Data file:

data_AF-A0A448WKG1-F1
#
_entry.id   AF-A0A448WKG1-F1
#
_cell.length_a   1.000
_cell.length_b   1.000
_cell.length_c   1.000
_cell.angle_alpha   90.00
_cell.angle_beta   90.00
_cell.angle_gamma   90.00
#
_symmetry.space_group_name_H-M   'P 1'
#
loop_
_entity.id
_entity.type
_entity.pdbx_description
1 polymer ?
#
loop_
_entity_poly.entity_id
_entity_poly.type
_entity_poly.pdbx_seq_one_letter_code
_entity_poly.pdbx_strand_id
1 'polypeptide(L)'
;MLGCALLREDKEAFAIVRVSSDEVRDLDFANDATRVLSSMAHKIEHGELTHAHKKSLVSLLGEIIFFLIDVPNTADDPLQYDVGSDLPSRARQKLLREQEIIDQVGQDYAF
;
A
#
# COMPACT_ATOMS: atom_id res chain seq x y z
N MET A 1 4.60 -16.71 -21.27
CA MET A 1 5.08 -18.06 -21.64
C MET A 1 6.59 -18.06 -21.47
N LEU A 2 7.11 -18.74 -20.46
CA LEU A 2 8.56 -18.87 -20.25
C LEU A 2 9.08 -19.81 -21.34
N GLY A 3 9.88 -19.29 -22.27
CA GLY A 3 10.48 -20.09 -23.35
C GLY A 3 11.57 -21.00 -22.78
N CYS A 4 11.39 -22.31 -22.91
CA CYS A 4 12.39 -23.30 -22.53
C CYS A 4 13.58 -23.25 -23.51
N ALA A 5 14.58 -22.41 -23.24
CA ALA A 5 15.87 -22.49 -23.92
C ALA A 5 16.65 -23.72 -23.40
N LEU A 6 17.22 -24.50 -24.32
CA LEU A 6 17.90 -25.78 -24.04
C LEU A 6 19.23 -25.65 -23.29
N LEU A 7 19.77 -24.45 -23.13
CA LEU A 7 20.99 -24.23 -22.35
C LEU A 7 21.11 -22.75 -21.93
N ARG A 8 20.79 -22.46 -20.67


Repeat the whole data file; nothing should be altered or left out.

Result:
data_AF-A0A448WKG1-F1
#
_entry.id   AF-A0A448WKG1-F1
#
_cell.length_a   1.000
_cell.length_b   1.000
_cell.length_c   1.000
_cell.angle_alpha   90.00
_cell.angle_beta   90.00
_cell.angle_gamma   90.00
#
_symmetry.space_group_name_H-M   'P 1'
#
loop_
_entity.id
_entity.type
_entity.pdbx_description
1 polymer ?
#
loop_
_entity_poly.entity_id
_entity_poly.type
_entity_poly.pdbx_seq_one_letter_code
_entity_poly.pdbx_strand_id
1 'polypeptide(L)'
;MLGCALLREDKEAFAIVRVSSDEVRDLDFANDATRVLSSMAHKIEHGELTHAHKKSLVSLLGEIIFFLIDVPNTADDPLQYDVGSDLPSRARQKLLREQEIIDQVGQDYAF
;
A
#
# COMPACT_ATOMS: atom_id res chain seq x y z
N MET A 1 4.60 -16.71 -21.27
CA MET A 1 5.08 -18.06 -21.64
C MET A 1 6.59 -18.06 -21.47
N LEU A 2 7.11 -18.74 -20.46
CA LEU A 2 8.56 -18.87 -20.25
C LEU A 2 9.08 -19.81 -21.34
N GLY A 3 9.88 -19.29 -22.27
CA GLY A 3 10.48 -20.09 -23.35
C GLY A 3 11.57 -21.00 -22.78
N CYS A 4 11.39 -22.31 -22.91
CA CYS A 4 12.39 -23.30 -22.53
C CYS A 4 13.58 -23.25 -23.51
N ALA A 5 14.58 -22.41 -23.24
CA ALA A 5 15.87 -22.49 -23.92
C ALA A 5 16.65 -23.72 -23.40
N LEU A 6 17.22 -24.50 -24.32
CA LEU A 6 17.90 -25.78 -24.04
C LEU A 6 19.23 -25.65 -23.29
N LEU A 7 19.77 -24.45 -23.13
CA LEU A 7 20.99 -24.23 -22.35
C LEU A 7 21.11 -22.75 -21.93
N ARG A 8 20.79 -22.46 -20.67